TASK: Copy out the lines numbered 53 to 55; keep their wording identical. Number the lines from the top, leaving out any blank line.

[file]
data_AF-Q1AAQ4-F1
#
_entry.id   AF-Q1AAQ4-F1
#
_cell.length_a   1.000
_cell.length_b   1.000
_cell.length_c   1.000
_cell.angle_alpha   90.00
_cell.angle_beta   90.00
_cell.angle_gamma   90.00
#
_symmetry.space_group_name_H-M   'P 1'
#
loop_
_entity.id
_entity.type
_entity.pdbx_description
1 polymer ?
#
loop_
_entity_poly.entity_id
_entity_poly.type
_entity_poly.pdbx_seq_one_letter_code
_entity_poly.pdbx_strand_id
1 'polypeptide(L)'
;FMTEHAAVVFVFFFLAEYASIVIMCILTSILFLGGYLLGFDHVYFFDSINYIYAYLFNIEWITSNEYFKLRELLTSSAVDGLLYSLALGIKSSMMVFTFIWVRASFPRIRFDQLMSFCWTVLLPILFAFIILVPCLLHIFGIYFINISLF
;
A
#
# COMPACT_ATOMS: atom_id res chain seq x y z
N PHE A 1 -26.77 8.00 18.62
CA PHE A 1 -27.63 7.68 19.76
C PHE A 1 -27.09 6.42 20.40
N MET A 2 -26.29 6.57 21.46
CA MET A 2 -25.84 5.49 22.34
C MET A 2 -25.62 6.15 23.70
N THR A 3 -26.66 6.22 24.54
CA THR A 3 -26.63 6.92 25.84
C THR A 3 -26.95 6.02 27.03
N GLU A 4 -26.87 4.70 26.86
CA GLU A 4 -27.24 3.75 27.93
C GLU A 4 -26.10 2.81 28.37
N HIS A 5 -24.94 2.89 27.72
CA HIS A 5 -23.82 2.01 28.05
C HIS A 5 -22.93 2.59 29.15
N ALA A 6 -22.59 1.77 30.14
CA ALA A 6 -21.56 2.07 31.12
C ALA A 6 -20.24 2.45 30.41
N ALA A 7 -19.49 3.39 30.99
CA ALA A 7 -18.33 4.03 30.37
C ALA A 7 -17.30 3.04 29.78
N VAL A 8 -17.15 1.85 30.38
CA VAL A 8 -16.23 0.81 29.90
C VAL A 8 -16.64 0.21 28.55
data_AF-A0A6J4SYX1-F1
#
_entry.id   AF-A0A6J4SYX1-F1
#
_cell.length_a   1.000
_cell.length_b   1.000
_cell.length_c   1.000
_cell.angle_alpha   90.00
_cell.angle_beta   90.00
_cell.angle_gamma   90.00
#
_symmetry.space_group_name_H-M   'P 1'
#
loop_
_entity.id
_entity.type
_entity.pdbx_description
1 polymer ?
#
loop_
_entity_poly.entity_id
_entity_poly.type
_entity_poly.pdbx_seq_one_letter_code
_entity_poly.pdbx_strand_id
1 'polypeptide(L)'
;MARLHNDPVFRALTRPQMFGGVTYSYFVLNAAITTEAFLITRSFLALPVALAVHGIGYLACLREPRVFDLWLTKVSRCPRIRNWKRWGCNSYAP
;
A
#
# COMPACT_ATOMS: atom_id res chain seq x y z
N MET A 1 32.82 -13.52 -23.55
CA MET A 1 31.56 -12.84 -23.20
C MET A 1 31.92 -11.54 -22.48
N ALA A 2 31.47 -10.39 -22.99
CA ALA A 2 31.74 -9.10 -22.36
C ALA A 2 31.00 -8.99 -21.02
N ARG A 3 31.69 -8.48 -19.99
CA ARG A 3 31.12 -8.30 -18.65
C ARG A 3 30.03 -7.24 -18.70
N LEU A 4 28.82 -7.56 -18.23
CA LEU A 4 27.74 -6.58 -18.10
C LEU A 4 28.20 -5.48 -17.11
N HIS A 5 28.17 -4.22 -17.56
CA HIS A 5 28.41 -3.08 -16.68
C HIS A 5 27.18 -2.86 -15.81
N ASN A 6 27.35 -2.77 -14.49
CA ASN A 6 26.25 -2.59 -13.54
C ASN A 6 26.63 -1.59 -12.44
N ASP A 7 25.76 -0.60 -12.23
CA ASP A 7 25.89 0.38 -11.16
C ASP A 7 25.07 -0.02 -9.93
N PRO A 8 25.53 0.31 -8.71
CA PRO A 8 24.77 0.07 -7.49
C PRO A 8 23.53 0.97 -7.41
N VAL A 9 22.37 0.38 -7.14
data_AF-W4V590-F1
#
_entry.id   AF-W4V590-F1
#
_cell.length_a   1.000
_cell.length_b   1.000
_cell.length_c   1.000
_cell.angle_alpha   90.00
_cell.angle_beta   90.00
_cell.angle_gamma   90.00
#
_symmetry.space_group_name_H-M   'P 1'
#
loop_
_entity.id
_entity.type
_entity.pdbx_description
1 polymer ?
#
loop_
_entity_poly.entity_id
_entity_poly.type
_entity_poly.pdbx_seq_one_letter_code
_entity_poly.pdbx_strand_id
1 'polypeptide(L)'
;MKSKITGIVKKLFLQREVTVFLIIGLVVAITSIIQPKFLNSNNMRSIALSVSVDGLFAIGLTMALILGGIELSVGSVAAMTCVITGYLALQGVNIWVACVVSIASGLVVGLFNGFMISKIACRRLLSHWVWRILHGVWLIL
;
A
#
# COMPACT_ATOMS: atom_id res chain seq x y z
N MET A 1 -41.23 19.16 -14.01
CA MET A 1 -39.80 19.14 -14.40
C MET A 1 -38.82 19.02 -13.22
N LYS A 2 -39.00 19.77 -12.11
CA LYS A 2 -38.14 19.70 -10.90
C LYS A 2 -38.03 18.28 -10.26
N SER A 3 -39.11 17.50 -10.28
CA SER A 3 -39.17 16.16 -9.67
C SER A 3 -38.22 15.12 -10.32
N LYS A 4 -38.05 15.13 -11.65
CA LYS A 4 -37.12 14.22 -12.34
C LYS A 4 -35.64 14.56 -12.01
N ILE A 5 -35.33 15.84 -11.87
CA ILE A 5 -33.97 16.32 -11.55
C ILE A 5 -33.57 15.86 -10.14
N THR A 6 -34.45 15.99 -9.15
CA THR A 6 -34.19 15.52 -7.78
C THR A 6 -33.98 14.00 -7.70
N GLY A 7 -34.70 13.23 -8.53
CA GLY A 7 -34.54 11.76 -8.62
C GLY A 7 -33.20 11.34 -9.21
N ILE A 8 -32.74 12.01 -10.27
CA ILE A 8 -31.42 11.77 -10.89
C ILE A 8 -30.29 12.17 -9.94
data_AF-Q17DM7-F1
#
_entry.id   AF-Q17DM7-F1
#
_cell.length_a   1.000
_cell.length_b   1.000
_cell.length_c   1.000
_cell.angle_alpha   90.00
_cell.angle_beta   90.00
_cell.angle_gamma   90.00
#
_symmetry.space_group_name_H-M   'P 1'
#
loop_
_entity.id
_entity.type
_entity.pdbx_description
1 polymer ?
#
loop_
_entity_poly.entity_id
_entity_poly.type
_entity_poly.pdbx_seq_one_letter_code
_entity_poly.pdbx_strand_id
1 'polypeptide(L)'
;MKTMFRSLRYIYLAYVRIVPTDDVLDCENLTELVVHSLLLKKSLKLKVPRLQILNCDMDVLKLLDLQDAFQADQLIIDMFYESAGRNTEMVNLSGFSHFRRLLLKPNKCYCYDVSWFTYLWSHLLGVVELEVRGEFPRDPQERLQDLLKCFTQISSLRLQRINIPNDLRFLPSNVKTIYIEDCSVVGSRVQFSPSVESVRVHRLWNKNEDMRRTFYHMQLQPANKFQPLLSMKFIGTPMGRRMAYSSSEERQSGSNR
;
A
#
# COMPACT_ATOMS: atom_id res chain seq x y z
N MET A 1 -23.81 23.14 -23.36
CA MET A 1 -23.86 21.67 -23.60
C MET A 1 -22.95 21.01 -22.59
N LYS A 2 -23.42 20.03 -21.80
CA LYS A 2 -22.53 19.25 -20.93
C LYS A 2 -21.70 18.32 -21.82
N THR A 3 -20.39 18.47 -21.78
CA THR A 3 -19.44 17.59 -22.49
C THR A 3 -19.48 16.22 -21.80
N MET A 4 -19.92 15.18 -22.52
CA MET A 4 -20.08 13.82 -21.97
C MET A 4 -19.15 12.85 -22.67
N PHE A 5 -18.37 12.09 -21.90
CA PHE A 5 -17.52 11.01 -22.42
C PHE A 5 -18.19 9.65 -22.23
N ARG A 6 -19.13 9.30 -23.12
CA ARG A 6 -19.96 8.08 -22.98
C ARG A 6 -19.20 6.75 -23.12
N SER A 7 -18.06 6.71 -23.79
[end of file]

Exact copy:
CA VAL A 8 -16.23 0.81 29.90
C VAL A 8 -16.64 0.21 28.55
data_AF-A0A6J4SYX1-F1